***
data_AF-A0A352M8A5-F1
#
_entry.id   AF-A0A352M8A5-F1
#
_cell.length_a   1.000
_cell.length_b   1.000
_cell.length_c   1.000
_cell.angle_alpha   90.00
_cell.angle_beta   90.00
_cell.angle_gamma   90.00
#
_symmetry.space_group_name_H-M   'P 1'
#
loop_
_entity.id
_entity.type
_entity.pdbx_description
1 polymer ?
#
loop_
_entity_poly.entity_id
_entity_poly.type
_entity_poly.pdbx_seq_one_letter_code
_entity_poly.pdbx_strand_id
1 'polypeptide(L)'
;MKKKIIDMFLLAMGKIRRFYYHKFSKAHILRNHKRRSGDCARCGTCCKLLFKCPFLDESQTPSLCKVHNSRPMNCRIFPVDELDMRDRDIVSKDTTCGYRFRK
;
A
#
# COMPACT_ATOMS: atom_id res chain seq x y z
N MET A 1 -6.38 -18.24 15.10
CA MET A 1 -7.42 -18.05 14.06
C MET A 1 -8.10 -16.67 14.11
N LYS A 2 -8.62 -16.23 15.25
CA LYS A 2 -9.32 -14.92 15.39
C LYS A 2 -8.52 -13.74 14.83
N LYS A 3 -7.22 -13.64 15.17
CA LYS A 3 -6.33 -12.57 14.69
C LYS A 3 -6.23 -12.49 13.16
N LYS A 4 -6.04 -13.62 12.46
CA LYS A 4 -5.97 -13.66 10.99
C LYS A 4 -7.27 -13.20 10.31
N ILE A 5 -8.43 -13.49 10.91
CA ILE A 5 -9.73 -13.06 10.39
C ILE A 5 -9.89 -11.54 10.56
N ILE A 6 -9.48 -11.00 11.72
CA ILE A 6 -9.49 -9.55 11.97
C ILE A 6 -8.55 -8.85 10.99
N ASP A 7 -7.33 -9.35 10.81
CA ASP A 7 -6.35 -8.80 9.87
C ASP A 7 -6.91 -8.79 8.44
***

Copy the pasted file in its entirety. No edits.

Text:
data_AF-A0A352M8A5-F1
#
_entry.id   AF-A0A352M8A5-F1
#
_cell.length_a   1.000
_cell.length_b   1.000
_cell.length_c   1.000
_cell.angle_alpha   90.00
_cell.angle_beta   90.00
_cell.angle_gamma   90.00
#
_symmetry.space_group_name_H-M   'P 1'
#
loop_
_entity.id
_entity.type
_entity.pdbx_description
1 polymer ?
#
loop_
_entity_poly.entity_id
_entity_poly.type
_entity_poly.pdbx_seq_one_letter_code
_entity_poly.pdbx_strand_id
1 'polypeptide(L)'
;MKKKIIDMFLLAMGKIRRFYYHKFSKAHILRNHKRRSGDCARCGTCCKLLFKCPFLDESQTPSLCKVHNSRPMNCRIFPVDELDMRDRDIVSKDTTCGYRFRK
;
A
#
# COMPACT_ATOMS: atom_id res chain seq x y z
N MET A 1 -6.38 -18.24 15.10
CA MET A 1 -7.42 -18.05 14.06
C MET A 1 -8.10 -16.67 14.11
N LYS A 2 -8.62 -16.23 15.25
CA LYS A 2 -9.32 -14.92 15.39
C LYS A 2 -8.52 -13.74 14.83
N LYS A 3 -7.22 -13.64 15.17
CA LYS A 3 -6.33 -12.57 14.69
C LYS A 3 -6.23 -12.49 13.16
N LYS A 4 -6.04 -13.62 12.46
CA LYS A 4 -5.97 -13.66 10.99
C LYS A 4 -7.27 -13.20 10.31
N ILE A 5 -8.43 -13.49 10.91
CA ILE A 5 -9.73 -13.06 10.39
C ILE A 5 -9.89 -11.54 10.56
N ILE A 6 -9.48 -11.00 11.72
CA ILE A 6 -9.49 -9.55 11.97
C ILE A 6 -8.55 -8.85 10.99
N ASP A 7 -7.33 -9.35 10.81
CA ASP A 7 -6.35 -8.80 9.87
C ASP A 7 -6.91 -8.79 8.44